A dirt road was kept in fine shape by Jerry Keefe and his grader. Of course, when it rained, it became muddy and slippery but we learned to waltz our Model-T from one end of the ditch to the other managing to escape serious disaster. I believe the children today have missed something exciting and interesting by never having experienced the one-room school house. The pot-bellied stoves, the spellign bees, school programs and box socials - our sources of delight. Contrary to the opinion of certain educators, the many different classes were not distracting. When we finished our assignments we could listen in on the more advanced classes. By the time we moved into the next grade, we had the basic orientation of what to expect. The three R's were not neglected.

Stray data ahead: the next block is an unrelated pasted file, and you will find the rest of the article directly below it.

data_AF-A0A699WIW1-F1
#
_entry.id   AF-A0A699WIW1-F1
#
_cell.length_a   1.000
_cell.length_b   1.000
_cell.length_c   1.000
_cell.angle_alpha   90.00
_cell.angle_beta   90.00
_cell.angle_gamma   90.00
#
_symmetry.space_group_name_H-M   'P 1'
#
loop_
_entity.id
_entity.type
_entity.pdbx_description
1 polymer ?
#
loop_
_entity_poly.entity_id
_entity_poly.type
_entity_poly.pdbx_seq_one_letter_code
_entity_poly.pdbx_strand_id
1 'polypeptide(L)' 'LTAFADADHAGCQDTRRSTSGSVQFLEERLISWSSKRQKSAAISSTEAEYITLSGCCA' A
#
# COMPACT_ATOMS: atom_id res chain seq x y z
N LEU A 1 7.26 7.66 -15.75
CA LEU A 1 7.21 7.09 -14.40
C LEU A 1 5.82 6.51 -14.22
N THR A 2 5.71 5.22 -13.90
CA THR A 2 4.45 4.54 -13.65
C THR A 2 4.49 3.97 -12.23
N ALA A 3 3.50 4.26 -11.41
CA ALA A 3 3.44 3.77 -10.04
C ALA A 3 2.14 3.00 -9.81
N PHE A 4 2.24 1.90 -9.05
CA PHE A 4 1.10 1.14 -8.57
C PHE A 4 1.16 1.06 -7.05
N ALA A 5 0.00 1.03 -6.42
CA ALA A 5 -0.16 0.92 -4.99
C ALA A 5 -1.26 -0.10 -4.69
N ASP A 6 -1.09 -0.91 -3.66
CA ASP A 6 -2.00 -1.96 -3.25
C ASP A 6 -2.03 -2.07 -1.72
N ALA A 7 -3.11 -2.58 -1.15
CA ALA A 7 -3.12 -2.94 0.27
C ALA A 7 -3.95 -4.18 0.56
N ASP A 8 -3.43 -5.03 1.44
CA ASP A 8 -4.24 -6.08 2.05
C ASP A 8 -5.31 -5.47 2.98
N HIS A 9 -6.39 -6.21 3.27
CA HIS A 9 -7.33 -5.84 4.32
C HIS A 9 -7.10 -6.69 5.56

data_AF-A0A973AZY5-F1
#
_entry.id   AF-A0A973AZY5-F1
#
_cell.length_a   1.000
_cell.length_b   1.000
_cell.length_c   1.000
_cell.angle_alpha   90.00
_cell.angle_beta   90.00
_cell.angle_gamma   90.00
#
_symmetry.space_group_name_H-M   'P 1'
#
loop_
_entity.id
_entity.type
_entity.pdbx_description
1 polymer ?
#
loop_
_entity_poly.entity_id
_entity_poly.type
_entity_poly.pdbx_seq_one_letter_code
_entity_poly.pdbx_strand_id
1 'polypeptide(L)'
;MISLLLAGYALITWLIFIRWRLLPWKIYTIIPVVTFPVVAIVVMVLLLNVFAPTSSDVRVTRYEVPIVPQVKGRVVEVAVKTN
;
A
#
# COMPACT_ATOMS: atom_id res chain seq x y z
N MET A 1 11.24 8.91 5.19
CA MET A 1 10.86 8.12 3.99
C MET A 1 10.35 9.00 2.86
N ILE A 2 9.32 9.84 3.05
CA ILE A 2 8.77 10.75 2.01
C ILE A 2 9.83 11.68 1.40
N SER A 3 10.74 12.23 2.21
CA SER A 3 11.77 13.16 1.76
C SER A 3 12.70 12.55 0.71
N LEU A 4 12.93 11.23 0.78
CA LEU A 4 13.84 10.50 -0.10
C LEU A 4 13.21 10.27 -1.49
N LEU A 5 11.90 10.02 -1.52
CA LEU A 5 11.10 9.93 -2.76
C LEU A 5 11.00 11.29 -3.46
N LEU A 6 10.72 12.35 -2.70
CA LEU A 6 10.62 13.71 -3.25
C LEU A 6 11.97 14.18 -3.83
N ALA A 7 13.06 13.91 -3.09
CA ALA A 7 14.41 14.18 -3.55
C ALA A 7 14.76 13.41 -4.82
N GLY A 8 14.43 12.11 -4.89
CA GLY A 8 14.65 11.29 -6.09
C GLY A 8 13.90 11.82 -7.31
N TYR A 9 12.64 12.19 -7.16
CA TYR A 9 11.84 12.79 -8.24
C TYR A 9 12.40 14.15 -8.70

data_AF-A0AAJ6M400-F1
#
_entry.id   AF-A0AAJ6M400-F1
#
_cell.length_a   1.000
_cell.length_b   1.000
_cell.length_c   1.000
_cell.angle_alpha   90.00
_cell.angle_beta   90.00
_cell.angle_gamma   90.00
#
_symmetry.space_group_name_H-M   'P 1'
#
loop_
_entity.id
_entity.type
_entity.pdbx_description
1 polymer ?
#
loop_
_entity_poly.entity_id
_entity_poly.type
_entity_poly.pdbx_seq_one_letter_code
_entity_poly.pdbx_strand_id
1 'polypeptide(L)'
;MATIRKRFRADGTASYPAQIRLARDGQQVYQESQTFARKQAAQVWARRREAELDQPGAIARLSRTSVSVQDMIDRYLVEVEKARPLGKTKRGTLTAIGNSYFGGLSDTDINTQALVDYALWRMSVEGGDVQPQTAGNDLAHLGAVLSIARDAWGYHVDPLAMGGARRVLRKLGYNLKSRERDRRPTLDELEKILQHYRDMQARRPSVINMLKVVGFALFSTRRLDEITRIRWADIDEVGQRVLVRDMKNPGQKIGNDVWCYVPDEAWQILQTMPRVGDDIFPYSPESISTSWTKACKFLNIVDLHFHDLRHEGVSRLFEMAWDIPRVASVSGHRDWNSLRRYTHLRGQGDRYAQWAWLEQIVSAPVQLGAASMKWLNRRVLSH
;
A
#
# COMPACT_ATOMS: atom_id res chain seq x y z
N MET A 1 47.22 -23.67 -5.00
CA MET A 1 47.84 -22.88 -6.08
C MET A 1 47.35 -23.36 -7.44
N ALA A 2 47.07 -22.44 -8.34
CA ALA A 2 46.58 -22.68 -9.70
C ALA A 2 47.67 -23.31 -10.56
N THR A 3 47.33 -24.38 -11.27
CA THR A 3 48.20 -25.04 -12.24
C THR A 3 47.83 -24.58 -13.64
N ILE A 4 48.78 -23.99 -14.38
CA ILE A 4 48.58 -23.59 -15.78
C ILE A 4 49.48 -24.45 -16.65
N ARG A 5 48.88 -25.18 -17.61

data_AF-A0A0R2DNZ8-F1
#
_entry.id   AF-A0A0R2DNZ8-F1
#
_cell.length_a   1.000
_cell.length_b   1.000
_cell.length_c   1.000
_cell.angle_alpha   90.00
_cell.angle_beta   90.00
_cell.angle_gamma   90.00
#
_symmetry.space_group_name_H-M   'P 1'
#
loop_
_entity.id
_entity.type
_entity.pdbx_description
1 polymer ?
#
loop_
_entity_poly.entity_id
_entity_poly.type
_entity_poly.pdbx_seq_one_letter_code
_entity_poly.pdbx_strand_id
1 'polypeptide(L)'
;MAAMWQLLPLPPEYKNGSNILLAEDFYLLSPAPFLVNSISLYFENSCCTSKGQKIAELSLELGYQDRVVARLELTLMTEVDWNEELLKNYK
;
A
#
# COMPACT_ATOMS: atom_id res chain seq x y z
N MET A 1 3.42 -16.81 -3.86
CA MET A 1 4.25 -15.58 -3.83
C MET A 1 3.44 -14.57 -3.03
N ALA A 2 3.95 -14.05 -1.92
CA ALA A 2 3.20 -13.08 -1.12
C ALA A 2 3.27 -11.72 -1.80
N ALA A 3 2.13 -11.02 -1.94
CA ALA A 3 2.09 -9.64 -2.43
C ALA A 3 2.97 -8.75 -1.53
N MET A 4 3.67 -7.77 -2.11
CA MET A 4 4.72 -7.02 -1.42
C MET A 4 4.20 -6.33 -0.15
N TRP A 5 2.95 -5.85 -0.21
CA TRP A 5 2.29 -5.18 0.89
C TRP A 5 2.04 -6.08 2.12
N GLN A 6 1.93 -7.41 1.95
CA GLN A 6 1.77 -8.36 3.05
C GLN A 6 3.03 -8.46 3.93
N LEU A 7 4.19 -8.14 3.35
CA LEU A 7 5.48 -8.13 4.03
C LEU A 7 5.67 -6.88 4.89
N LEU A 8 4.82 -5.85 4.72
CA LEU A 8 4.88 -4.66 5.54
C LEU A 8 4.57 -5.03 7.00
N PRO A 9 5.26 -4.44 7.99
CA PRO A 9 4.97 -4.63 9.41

Another Big Deal wad the advent of the Medicine Shows. They usually stayed in town one week and were held in a tent pitched in the school yard each summer. They entertained the crowd with puppet shows and hypnotist acts. At intermission our host went through the audiences touting amagic elixir tha cured everything from dandruff to ingrown toenails. The exorbitant price was one dollar and it sold like mad. Many things crowd one's memory when he or she looks back in retrospect. However, lest my readers become bored with this litany of nostalgia, it perhaps would be apropos at this time to mention some of the old names of the inhabitants of Paddy's Island - Keefe, Welch, Devine, O'Neil, Pott, Flock, Anderson, Linden, Schauff, McCabe, Ford, Colman, Schwamberger, McCormick, McGuire, Hamblock, Leahy, Peterson, Renner, Near, Hardy - if I missed anyone, I offer my hublest apologies.. Amen! [Written by Kathryn Keefe "The Deer Grove I Remember" / Daily Gazette July 1, 1976]